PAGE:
Dear Sisters and Brothers,
God never ceases to call us. He called us into existence in our mothers’ womb and continues to coax us into life. At baptism he called us into the life of the family of God, giving us the chance to share his very own life with the Son and the Holy Spirit. From then on he has faithfully called us to live a life of holiness and intimacy as his sons and daughters. Time and time again throughout the history of his chosen people, and even in our time today, he calls us back to him when we stray. He is ever patient, ever faithful, ever loving.
But if you cast your mind back to the Mass of Ash Wednesday, there was a change of tone in God’s call to us. Suddenly, everything began to move into a higher gear and a real sense of urgency was placed before us all. Remember?
Now, now come back to me with all your hearts
Well, now is the favourable time;
this is the day of salvation.
Jesus, in today’s Gospel, continues in this same urgent way. He wants us to understand the important message that we are to repent. Two signs are given by Jesus. The first is the incident of the Galileans whose blood is mingled with that of their sacrifice. According to the accepted belief of the time – and perhaps our time, too – if there is no tragedy in a person’s life, then there is no reason to repent. Tragedy was a way of God punishing a person for their sin. If there is tragedy in someone’s life, then it is because they have sinned, and so God punishes them for their sinfulness.
But, Jesus says: Do you suppose these Galileans who suffered were greater sinners than any other Galilean? They were not, I tell you. In other words, human tragedy is not God’s way of punishing sin. Likewise, the absence of tragedy doesn’t imply the absence of sin. In this case, tragedy was due to a human cause – Pilate.
The second sign given by Jesus consists of those eighteen people on whom the Tower of Siloam fell. Here we have an example of tragedy caused by a natural disaster. And Jesus asks again: Do you suppose they were more guilty than all the other people. And the answer: They were not, I tell you. God does not use natural disasters to punish people’s sin. Natural tragedies are simply that – natural tragedies. They do not measure sinfulness.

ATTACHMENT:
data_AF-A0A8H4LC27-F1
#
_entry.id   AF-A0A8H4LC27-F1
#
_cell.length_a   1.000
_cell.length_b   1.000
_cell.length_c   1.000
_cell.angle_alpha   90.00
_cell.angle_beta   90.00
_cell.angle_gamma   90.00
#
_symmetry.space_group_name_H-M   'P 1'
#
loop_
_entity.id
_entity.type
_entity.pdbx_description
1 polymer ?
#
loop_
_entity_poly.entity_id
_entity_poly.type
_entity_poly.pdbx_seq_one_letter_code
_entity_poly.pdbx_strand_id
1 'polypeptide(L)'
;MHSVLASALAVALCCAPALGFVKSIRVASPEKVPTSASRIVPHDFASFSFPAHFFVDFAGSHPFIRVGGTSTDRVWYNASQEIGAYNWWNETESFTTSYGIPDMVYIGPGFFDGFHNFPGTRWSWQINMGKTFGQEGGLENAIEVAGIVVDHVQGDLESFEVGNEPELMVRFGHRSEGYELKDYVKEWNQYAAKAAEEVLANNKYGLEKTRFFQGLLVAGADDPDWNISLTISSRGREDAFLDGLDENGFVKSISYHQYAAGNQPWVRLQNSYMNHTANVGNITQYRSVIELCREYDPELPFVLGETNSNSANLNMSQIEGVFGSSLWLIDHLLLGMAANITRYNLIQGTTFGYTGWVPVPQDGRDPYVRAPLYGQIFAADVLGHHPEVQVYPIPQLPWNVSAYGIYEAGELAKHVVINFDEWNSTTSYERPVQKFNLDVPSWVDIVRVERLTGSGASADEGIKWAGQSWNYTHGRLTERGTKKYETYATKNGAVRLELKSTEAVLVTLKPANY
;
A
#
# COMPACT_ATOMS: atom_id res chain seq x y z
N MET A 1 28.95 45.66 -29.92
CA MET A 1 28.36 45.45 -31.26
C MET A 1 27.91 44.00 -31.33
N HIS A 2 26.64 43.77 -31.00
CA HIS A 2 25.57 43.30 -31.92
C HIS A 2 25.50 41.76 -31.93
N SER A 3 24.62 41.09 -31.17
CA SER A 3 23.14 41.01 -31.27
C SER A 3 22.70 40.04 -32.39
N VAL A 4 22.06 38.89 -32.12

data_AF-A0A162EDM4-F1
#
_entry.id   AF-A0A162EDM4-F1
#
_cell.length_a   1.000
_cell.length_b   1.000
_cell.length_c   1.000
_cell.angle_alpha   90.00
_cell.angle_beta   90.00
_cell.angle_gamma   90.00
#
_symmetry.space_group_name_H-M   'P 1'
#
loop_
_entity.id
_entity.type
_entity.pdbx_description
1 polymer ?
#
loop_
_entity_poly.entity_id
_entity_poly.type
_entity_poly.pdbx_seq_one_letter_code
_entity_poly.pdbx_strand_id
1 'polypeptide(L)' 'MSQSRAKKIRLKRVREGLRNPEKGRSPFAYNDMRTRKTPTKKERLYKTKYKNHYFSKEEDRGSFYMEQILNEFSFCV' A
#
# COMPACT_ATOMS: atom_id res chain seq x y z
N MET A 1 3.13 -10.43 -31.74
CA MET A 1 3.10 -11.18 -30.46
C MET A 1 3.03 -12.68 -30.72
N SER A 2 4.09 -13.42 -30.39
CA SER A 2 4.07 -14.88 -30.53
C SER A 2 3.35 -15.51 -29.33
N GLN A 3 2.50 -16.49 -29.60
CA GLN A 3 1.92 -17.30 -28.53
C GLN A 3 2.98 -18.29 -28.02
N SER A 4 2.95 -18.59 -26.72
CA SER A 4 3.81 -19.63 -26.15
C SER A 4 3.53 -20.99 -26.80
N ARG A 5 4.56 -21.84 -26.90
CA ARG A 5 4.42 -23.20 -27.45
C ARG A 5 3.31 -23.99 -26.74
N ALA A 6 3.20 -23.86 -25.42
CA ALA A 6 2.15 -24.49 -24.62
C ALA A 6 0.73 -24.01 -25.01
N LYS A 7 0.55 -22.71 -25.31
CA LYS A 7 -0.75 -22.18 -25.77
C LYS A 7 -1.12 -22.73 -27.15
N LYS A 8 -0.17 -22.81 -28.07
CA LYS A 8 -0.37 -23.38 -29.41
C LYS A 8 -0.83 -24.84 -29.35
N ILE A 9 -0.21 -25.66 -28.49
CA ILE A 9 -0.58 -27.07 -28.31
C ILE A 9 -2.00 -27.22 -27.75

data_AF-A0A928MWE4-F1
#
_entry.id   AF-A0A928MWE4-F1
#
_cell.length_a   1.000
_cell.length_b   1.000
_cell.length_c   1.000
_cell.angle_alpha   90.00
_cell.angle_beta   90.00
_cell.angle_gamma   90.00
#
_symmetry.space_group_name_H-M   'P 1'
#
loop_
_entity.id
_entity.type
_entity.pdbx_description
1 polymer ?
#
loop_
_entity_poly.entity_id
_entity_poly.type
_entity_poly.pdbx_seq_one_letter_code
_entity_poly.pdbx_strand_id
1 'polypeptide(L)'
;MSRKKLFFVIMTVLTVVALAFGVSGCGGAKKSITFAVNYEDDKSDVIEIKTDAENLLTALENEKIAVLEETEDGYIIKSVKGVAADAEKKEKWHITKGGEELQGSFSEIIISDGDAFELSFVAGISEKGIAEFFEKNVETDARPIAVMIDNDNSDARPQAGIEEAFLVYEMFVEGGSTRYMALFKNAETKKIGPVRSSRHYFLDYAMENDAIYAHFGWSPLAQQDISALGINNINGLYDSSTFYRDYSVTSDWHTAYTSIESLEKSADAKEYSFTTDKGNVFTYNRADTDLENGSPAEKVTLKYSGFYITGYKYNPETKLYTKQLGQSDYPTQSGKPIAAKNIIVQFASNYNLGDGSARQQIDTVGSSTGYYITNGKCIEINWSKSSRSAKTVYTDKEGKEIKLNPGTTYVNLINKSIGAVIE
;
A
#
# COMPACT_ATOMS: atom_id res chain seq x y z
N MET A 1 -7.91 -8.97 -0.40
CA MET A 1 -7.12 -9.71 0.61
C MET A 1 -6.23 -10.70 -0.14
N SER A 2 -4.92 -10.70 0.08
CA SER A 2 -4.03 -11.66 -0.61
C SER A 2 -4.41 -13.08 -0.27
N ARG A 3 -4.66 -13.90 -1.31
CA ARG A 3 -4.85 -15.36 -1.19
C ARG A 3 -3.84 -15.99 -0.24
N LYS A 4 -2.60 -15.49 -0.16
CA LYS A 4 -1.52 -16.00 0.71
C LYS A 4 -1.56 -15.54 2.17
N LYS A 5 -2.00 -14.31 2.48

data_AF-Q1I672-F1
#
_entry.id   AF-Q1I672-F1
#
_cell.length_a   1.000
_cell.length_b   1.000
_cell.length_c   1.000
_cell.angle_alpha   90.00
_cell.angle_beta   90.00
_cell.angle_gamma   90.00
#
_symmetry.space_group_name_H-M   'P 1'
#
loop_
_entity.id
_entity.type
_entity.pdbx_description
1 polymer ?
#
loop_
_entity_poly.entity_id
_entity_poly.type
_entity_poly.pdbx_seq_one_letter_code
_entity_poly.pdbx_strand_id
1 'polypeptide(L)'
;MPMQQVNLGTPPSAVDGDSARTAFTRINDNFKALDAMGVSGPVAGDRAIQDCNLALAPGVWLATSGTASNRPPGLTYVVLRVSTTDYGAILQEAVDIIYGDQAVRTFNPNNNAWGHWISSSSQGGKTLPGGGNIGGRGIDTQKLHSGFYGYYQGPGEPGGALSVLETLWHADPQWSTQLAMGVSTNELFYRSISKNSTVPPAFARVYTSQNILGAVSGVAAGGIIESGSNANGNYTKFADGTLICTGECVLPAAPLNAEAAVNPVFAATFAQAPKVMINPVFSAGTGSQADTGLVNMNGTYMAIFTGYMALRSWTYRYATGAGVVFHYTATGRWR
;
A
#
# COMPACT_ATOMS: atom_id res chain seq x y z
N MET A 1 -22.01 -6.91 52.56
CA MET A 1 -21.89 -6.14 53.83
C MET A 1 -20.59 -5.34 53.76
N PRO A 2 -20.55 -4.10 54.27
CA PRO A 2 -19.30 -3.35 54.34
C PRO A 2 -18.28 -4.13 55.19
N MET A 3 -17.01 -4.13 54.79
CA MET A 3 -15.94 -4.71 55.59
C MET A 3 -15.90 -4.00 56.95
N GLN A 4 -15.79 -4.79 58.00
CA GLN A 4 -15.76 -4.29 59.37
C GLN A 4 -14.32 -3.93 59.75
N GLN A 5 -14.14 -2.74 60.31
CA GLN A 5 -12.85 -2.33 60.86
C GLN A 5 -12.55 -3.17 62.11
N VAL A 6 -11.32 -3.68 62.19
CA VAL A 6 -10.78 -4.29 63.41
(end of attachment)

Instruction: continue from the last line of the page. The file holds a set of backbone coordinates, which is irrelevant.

But, here comes the crux of the first part of our Gospel: Unless you repent, you will perish as they did. All people need to repent for we are all sinners. And the greatest tragedy of all will be brought about by lack of repentance – no admittance to the Kingdom of God!
So we all need to repent, and this is quite an urgent call to one and all. But God is patient and long-suffering. He will give time and opportunity to all, but there is a limit, there is a time-scale. And that is the point of the next part of the Gospel, the story of the fig tree.
Fig trees are great plants. They will grow in all sorts of soil. As long as there is some basic nourishment, they will just get along with life and flower and fruit to their heart’s content – and more importantly to the heart’s content of their owners. They fruit for about nine months of the year and need little tending. However, at the beginning you have to be patient. It takes at least three years of growth before they are capable of bearing fruit, then it is necessary to leave them for another three years to gain strength. Then, and only then, after six years could you begin to enjoy the fruit of the fig tree. This man in the gospel had waited another three years to eat the fruit and nothing had appeared.
It was not unreasonable of the owner of the vineyard to want the tree cutting down – why should it waste further time and effort when so much work had been put into its growth and to no avail? However, the Gardener – Jesus – asks for one more year. With more cultivation and some fertiliser (which was not usual) it might bear fruit. If not, then it can be cut down by the owner. So there is time for repentance, but this time is not unlimited. St Paul reminds us of this at the end of our second reading:
All this happened to them as a warning, and it was written down to be a lesson for us who are living at the end of the age. The man who thinks he is safe must be careful that he does not fall.
And that goes for you and me!
Yours in blessed hope,
Bishop of Middlesbrough